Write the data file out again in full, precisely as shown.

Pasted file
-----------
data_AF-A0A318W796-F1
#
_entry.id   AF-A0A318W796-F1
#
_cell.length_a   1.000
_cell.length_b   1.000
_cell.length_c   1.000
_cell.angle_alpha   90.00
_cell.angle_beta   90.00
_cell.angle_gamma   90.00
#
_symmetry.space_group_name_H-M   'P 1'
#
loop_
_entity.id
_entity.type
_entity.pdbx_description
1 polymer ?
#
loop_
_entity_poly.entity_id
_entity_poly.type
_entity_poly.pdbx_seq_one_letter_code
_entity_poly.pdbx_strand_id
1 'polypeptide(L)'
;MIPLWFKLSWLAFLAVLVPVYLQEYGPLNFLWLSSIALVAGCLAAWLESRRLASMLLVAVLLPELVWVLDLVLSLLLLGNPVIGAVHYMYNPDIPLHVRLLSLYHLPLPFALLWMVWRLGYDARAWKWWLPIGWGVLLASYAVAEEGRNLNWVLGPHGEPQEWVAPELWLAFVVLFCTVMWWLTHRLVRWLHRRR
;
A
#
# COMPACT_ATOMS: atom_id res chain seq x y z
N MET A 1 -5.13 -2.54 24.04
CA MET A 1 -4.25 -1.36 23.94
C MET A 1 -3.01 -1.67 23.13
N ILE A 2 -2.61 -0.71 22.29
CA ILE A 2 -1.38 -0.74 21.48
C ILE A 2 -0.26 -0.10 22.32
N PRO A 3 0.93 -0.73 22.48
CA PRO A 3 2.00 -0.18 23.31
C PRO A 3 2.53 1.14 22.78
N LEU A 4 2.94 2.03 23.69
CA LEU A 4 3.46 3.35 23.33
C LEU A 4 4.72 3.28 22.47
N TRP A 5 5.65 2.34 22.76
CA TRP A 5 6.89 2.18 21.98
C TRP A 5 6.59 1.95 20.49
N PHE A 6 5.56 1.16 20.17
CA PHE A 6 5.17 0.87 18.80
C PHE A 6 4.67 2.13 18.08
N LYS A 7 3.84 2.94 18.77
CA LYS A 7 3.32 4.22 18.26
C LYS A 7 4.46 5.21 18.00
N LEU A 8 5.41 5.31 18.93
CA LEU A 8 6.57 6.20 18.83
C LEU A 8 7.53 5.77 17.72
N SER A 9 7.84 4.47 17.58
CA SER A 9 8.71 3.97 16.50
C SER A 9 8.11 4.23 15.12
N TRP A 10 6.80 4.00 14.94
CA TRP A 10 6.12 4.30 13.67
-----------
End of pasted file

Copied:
data_AF-A0A318W796-F1
#
_entry.id   AF-A0A318W796-F1
#
_cell.length_a   1.000
_cell.length_b   1.000
_cell.length_c   1.000
_cell.angle_alpha   90.00
_cell.angle_beta   90.00
_cell.angle_gamma   90.00
#
_symmetry.space_group_name_H-M   'P 1'
#
loop_
_entity.id
_entity.type
_entity.pdbx_description
1 polymer ?
#
loop_
_entity_poly.entity_id
_entity_poly.type
_entity_poly.pdbx_seq_one_letter_code
_entity_poly.pdbx_strand_id
1 'polypeptide(L)'
;MIPLWFKLSWLAFLAVLVPVYLQEYGPLNFLWLSSIALVAGCLAAWLESRRLASMLLVAVLLPELVWVLDLVLSLLLLGNPVIGAVHYMYNPDIPLHVRLLSLYHLPLPFALLWMVWRLGYDARAWKWWLPIGWGVLLASYAVAEEGRNLNWVLGPHGEPQEWVAPELWLAFVVLFCTVMWWLTHRLVRWLHRRR
;
A
#
# COMPACT_ATOMS: atom_id res chain seq x y z
N MET A 1 -5.13 -2.54 24.04
CA MET A 1 -4.25 -1.36 23.94
C MET A 1 -3.01 -1.67 23.13
N ILE A 2 -2.61 -0.71 22.29
CA ILE A 2 -1.38 -0.74 21.48
C ILE A 2 -0.26 -0.10 22.32
N PRO A 3 0.93 -0.73 22.48
CA PRO A 3 2.00 -0.18 23.31
C PRO A 3 2.53 1.14 22.78
N LEU A 4 2.94 2.03 23.69
CA LEU A 4 3.46 3.35 23.33
C LEU A 4 4.72 3.28 22.47
N TRP A 5 5.65 2.34 22.76
CA TRP A 5 6.89 2.18 21.98
C TRP A 5 6.59 1.95 20.49
N PHE A 6 5.56 1.16 20.17
CA PHE A 6 5.17 0.87 18.80
C PHE A 6 4.67 2.13 18.08
N LYS A 7 3.84 2.94 18.77
CA LYS A 7 3.32 4.22 18.26
C LYS A 7 4.46 5.21 18.00
N LEU A 8 5.41 5.31 18.93
CA LEU A 8 6.57 6.20 18.83
C LEU A 8 7.53 5.77 17.72
N SER A 9 7.84 4.47 17.58
CA SER A 9 8.71 3.97 16.50
C SER A 9 8.11 4.23 15.12
N TRP A 10 6.80 4.00 14.94
CA TRP A 10 6.12 4.30 13.67